Ahh, the holidays are upon us. Time for celebrating, visiting family and friends, and gift giving. At Pet Camp we know that a pet may not be the best gift (a left handed, senior hockey stick with a PM9 curve and a 77 flex might just be the best gift); a pet is for life and it’s a huge commitment in time and money. But many people treat pets as just another gift. Well just in time for the holidays, the folks at Veterinary Team Brief have come up with a list of key factors for veterinarians to discuss with potential pet parents before they embark on the pets as gifts bandwagon (or sled pulled by reindeer if that’s more to your predilection).
- The Pet’s Age
Younger pets (read puppy and kittens here) require a lot of dedication and patience. Dealing with a young pet can be a lot of work (training and cleaning) and of course includes the risk of some damage to your house from chewing and scratching. On the other hand, older pets will often have some training but usually you don’t know about their history and any medical or behavior issues they may have.
- The Human’s Age
In our house both ends of the age spectrum have their own pets — but that’s not always such a good idea. Both the young and old have limitations that need to be thought about. Those that are too young may not be responsible enough to care for a pet and those that are too old may have physical limitations. While there is probably no bright line rule, it is something that needs to be discussed.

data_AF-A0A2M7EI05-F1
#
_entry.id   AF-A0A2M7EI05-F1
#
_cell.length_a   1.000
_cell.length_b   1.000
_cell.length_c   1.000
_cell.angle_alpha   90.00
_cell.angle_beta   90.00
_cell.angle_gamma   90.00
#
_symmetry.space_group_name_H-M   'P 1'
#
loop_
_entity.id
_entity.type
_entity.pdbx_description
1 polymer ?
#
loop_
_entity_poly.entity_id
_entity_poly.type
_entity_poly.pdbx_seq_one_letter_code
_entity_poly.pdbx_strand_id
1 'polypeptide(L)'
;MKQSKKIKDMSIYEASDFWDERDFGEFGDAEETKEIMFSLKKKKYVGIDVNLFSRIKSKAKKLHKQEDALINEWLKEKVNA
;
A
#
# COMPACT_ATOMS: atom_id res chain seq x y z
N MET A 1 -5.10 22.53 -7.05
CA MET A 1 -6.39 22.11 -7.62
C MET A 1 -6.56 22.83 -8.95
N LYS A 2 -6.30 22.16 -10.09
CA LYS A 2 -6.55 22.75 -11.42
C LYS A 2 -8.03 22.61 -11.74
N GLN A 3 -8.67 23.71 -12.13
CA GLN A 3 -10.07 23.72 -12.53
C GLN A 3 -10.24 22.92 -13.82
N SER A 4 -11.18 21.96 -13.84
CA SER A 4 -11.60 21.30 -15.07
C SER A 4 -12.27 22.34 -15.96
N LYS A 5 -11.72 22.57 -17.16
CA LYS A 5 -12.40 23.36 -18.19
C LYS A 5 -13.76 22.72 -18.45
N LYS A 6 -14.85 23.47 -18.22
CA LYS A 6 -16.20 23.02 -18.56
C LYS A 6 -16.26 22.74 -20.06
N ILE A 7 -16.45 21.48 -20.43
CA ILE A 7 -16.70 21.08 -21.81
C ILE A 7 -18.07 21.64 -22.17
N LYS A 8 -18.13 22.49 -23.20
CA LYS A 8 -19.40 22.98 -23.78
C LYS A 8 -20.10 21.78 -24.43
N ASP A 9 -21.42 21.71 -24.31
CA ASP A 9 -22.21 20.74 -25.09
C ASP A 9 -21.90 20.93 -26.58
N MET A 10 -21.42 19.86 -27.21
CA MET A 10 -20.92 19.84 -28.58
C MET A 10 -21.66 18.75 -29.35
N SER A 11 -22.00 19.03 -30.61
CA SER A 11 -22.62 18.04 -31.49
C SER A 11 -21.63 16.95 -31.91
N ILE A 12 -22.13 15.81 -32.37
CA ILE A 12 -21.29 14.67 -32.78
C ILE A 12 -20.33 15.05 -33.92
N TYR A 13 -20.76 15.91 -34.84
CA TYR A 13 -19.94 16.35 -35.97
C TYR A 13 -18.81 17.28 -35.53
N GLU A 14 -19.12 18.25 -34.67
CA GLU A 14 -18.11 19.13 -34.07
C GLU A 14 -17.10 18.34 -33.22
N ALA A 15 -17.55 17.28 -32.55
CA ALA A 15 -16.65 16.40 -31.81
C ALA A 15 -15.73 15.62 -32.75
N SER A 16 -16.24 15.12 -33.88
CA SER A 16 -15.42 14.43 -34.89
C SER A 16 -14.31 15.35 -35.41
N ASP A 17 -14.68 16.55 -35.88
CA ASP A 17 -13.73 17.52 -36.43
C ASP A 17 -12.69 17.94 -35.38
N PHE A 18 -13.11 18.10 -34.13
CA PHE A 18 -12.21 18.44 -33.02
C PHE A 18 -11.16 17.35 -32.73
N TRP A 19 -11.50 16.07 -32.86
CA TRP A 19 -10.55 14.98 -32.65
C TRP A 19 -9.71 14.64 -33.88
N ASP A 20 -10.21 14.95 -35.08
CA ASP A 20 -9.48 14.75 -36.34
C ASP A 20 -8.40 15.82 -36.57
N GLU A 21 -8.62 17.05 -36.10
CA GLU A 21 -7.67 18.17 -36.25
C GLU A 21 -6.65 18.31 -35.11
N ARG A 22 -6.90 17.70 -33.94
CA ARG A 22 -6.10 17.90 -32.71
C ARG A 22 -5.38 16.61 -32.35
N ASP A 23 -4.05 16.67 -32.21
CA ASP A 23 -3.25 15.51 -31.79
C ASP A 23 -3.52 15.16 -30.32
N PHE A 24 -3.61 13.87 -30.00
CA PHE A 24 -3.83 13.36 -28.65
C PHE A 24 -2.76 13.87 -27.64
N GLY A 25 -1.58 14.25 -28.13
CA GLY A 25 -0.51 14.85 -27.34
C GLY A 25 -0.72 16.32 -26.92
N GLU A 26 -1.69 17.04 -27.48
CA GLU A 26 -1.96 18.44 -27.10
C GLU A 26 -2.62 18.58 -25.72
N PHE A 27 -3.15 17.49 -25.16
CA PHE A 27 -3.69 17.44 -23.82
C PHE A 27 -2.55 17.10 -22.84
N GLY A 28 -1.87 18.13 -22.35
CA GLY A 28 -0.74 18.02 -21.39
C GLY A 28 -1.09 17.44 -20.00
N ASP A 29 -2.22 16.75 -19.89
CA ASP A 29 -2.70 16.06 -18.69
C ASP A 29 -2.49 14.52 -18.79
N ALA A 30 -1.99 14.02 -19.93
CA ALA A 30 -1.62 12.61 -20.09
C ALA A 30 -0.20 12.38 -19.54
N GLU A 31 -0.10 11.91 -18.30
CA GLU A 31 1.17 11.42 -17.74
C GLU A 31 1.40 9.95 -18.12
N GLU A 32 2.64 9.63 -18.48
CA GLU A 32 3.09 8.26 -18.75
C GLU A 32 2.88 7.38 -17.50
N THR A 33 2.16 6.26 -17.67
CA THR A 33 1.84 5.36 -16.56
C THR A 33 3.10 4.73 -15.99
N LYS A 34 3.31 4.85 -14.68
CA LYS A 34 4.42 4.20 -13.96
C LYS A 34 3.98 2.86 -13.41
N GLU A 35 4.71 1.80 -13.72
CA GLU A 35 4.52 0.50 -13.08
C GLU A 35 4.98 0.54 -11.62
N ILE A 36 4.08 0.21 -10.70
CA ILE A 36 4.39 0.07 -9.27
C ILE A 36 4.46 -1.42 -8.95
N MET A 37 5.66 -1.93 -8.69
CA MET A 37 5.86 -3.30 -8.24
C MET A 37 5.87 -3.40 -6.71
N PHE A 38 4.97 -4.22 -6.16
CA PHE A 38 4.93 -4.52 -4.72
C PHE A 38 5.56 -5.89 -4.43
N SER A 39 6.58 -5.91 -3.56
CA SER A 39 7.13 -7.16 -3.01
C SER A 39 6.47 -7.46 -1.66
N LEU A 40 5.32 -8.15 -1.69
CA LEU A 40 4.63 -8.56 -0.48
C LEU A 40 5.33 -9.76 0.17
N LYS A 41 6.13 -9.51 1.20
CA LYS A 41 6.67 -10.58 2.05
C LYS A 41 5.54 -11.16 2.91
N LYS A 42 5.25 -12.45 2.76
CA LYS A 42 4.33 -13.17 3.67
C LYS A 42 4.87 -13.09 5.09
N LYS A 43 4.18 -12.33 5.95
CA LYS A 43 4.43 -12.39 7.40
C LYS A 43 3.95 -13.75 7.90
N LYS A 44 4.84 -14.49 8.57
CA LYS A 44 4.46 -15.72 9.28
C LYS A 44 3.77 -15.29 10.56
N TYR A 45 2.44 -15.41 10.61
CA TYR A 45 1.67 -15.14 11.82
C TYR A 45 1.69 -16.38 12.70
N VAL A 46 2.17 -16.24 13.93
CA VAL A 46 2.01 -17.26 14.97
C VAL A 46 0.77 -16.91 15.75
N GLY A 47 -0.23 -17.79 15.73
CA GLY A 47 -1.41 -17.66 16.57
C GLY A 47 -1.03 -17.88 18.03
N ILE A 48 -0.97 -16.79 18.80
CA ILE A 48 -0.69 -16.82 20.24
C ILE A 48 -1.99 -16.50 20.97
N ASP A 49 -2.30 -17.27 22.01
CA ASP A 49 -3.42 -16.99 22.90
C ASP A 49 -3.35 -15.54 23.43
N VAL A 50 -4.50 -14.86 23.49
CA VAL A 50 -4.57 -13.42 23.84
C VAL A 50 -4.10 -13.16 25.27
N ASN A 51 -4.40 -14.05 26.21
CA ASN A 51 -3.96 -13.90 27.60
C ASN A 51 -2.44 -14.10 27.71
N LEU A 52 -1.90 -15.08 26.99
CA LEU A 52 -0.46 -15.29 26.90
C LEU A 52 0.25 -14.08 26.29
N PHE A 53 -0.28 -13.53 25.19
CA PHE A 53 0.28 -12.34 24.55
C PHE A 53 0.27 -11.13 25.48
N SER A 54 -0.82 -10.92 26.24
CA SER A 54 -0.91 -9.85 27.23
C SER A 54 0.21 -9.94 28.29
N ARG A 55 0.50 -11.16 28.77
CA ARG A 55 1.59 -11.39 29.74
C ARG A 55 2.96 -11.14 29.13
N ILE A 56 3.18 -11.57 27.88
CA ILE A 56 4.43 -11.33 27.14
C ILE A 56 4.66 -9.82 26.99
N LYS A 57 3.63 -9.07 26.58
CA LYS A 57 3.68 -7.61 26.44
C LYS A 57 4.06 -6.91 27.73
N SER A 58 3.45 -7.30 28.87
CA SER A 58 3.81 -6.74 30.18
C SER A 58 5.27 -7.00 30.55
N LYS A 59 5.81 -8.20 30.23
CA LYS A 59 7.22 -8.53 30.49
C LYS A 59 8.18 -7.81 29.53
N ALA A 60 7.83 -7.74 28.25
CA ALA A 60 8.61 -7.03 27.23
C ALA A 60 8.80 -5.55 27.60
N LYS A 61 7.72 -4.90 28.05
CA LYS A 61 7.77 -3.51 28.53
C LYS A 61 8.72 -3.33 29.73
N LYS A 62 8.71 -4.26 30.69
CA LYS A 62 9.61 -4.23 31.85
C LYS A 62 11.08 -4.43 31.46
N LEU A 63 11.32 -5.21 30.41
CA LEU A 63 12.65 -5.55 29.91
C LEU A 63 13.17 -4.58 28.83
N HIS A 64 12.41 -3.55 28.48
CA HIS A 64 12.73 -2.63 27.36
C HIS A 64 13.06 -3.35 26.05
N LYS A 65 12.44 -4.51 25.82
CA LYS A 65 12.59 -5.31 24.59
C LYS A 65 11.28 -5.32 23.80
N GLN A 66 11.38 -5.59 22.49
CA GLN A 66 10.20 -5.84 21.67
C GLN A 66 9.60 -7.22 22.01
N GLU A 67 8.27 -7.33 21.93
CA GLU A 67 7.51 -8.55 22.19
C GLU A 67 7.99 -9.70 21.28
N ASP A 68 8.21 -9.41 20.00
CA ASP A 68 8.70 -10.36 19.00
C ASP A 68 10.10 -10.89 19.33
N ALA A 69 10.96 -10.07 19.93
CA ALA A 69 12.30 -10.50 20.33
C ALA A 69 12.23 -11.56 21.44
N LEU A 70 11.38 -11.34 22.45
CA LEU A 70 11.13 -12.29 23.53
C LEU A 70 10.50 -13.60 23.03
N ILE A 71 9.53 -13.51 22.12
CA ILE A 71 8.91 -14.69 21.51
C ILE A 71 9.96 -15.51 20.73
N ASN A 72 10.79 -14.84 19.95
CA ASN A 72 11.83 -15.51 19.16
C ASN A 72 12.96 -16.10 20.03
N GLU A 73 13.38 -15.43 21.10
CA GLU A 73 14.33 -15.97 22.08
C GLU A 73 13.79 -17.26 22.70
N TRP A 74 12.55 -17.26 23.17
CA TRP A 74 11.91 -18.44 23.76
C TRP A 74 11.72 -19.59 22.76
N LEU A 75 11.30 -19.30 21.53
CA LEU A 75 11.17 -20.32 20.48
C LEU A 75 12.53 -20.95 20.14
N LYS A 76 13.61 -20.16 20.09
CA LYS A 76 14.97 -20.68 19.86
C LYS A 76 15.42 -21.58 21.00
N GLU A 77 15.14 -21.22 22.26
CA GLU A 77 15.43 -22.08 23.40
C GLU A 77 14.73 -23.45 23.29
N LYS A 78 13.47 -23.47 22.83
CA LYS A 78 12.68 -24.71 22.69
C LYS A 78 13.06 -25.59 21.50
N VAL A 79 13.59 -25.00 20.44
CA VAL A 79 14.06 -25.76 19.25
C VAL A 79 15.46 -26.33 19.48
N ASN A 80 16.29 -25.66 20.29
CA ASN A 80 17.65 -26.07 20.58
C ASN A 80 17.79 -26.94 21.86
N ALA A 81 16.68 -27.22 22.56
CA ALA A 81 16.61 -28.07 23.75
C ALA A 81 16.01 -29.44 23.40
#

Remember those days as a swinging single — well they are gone once you get a pet. Lots of pets require daily attention and often daily exercise, fitting this into the life style of even the best intentioned pet parent can be difficult. On the other hand, hanging out in the dog park is a low-key way to meet fabulous folks.
While the folks at VeterinaryTeamBrief focus on the lifespan of the pet (which according to them is between 8 and 16 years for the average dog and 13 to 17 years for an average indoor cat) you also need to think about the human lifespan! Getting a pet for a child means that the pet will be there after the child potentially is off to college and getting a pet for an elderly person means that the person may pass before the pet. In both instances someone else now needs to care for the pet!
- Living Space
Sure Mark and Virginia share their San Francisco house with 4 kids and 3 dogs — but not every one is ready for that kind of urban lifestyle. Pets need space — for themselves and for their stuff. Also, make sure that there are no restrictions on the type of pets, size, and breed etc. where ever the potential pet parent lives.
- Other Pets
A new pet needs to get along with everyone on the family — both human and non-human. This is something that’s unfortunately rarely considered when pets are given as gifts.
Come on, we all know it — pets can be expensive. While we certainly think they are worth it, the potential pet parent needs to understand the costs involved with having a pet.
The holidays are a weird time of year. On one hand they can be very hectic and you can feel like you’ve got no time or you’ve committed to visit Aunt Betty for the holidays — if that’s the person you’re thinking might need a pet, why not wait until Spring? On the other hand, lots of folks are off from work for a week or so and this might be a good time to spend some time at home with a new pet (provided everything else about being a new pet parent works out).
So before you get pets as gifts for that unsuspecting potential pet parent, have an open and honest discussion (at least with yourself and hopefully with them) about all that is involved in adding a pet to your life. If after that discussion a pet is still the right choice, not just as a gift but as a life changing addition to the pet parent’s family, please pass on our congratulations to the new pet parent.
Happy holidays to all the pets and pet parents!
Thanks for reading!